There’s really no reason not to buy in a flood zone – as long as you know what you’re in for.
Anyone who lived through Queensland’s 2011 floods will be unlikely to forget the devastating impact the inundation had on homeowners and their communities. Despite this, the predicted price plummets in flood-prone areas never eventuated. Instead, Brisbane’s riverside suburbs have been among the city’s strongest performers since then, and that trajectory looks likely to continue.
What’s the level of risk?
The level of awareness around flooding is significantly higher than it was when flooding hit Brisbane in 2011, and the tools to predict which areas could be affected again are becoming more sophisticated by the year. Flooding occurs about every 30 years in Brisbane; the last significant flooding to hit the city was in 1974.
Advances in flood modelling have allowed Brisbane City Council to pinpoint the level of risk for individual houses across the region. Start your research by taking a good look at Council’s Flood Awareness Map. This allows you to look up a specific address, assess the impact in 2011 versus 1974, and get a big-picture look at the region.
Most buyers are undeterred by a home’s location in a flood zone because of what is generally accepted as having exacerbated the Brisbane floods. Extensive rain didn’t help, of course, but hydrologists also concluded that water was released too quickly from Wivenhoe Dam, causing Brisbane River levels to rise by up to 10 metres.
The chance of that happening again may be minimal but Mother Nature is unpredictable, so accepting that flooding may well affect the home you buy is always a wise approach to take.
Inspect for flood damage
If you’re interested in buying a house located in or near a flood zone, get a building inspection done early on. Once-sodden wall cavities can still be problematic years after the event, causing unhealthy mold build-up and even structural damage.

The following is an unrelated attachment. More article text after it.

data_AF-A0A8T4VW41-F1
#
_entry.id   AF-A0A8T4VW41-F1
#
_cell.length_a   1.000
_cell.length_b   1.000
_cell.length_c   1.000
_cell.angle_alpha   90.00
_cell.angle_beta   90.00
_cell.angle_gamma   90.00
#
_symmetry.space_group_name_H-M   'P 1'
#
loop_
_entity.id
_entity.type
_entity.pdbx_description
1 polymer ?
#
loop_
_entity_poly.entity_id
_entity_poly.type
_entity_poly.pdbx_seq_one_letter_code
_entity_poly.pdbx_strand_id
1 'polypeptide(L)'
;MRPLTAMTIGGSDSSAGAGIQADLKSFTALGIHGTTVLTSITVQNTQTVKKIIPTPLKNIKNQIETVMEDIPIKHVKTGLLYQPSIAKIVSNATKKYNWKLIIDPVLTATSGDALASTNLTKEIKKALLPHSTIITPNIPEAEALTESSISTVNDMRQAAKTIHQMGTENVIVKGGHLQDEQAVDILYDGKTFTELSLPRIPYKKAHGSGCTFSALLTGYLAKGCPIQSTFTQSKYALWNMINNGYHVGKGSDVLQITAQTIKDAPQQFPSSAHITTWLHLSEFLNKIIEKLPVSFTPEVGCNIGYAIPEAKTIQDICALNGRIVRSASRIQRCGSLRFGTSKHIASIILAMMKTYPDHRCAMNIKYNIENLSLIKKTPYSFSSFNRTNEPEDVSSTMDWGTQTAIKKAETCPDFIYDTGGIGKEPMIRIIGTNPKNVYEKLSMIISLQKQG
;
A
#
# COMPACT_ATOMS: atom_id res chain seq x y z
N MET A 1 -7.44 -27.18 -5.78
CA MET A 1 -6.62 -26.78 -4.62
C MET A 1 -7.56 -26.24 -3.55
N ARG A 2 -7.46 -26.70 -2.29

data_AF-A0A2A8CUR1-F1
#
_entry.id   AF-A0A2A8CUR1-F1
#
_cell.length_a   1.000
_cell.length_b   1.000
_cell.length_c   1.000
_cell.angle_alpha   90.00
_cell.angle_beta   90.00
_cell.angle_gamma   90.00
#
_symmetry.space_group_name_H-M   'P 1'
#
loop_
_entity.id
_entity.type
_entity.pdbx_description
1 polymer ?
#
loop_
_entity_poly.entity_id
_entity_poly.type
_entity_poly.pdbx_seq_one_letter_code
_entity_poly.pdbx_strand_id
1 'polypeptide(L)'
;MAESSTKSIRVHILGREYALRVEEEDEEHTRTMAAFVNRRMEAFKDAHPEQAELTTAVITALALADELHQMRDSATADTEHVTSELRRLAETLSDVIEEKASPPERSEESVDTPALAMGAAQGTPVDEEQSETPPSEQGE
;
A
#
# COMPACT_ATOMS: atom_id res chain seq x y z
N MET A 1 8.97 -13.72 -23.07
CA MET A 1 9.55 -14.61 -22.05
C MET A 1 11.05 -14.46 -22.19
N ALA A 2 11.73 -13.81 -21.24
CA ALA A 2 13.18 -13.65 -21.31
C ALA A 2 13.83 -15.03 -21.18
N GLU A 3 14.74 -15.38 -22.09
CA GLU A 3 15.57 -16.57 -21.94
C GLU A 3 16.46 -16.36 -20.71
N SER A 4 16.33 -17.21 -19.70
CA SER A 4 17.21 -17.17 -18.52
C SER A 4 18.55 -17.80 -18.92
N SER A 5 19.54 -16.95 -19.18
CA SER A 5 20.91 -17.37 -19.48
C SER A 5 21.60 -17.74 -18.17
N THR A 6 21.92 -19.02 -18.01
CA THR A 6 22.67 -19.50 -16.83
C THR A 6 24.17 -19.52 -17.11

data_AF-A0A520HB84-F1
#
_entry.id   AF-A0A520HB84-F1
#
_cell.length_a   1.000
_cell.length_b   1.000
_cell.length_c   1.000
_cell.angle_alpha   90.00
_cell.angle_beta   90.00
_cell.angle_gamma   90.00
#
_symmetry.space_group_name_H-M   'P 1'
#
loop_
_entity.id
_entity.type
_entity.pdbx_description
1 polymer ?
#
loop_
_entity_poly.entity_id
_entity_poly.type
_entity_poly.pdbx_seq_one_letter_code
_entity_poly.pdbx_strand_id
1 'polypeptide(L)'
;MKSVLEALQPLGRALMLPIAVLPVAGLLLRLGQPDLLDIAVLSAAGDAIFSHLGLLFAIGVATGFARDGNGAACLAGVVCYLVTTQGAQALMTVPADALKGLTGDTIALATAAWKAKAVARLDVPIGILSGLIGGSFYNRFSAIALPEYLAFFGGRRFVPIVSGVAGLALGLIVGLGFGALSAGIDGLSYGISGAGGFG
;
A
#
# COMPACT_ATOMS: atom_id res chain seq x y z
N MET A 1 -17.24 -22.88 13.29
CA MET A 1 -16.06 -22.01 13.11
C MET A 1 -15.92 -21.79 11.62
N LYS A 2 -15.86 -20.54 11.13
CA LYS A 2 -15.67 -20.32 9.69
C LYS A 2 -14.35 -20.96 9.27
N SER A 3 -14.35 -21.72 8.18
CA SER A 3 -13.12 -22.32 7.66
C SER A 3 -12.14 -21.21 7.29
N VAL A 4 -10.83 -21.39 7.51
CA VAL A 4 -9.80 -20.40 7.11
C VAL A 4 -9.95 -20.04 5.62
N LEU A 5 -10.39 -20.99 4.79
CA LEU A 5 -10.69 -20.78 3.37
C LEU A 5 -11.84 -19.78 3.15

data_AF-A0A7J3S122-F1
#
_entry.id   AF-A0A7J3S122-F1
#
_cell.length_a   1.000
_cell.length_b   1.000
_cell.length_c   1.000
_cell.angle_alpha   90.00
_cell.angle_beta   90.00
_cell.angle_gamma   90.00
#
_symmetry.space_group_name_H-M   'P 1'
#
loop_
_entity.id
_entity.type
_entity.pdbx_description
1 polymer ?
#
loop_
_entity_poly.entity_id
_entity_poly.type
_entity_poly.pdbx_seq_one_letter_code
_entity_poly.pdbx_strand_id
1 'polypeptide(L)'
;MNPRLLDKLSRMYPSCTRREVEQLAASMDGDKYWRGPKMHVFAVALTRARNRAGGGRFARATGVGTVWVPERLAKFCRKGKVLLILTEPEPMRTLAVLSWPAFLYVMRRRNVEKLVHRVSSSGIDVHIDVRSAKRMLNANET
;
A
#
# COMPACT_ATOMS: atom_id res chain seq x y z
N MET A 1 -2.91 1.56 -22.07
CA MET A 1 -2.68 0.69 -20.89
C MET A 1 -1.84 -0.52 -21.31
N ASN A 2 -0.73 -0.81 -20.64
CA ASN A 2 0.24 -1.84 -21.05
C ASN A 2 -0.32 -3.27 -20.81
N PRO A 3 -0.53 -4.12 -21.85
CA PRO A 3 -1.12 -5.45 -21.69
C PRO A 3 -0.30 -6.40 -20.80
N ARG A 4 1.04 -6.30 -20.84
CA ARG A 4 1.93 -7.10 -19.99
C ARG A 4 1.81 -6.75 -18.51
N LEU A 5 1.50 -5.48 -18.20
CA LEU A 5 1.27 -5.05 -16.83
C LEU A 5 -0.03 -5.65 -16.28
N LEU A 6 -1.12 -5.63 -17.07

Up to 60 per cent of flood-affected houses weren’t covered for flood damage in 2011, so don’t assume the owners had the insurance funds available to conduct a full renovation before selling.
Look into insurance premiums
If a house has been flooded once, it may well happen again in the decades to come. It makes sense that homeowners who’ve bought in flood-susceptible areas should pay a little more when it comes to insurance – but just how much more is worth investigating.
Almost 100 Brisbane suburbs were affected during the 2011 floods, and insurance companies aren’t taking any chances when it comes to covering their costs. Get an insurance quote in writing before making an offer on a home – the premiums can be prohibitive.
Find out about renovation rules
If you’re planning to extend or otherwise improve a house in a flood zone, a flood overlay will come into play. In an effort to minimise damage during future floods, planning provisions have been put in place for new builds and renovations.
There are five Flood Planning Area ratings, ranging from FPA1 (flooding is very likely) to FPA5 (there’s no recent history of flooding but there is potential for flooding). Minimum floor heights may be mandated in your area, and only non-habitable spaces such as laundries and garages may be allowed on the ground floor.
Wet-proofing design strategies may also be required, such as openings or breakaway walls that allow water to escape, the use of flood-resistant materials, and properly anchoring the structure (no one wants to see their house floating away, after all!). Find out more about flood-resilient building guidelines here.
The benefits of buying near the water usually outweigh any concerns homebuyers have about flood hazards, but it pays to do your homework before signing on the dotted line.
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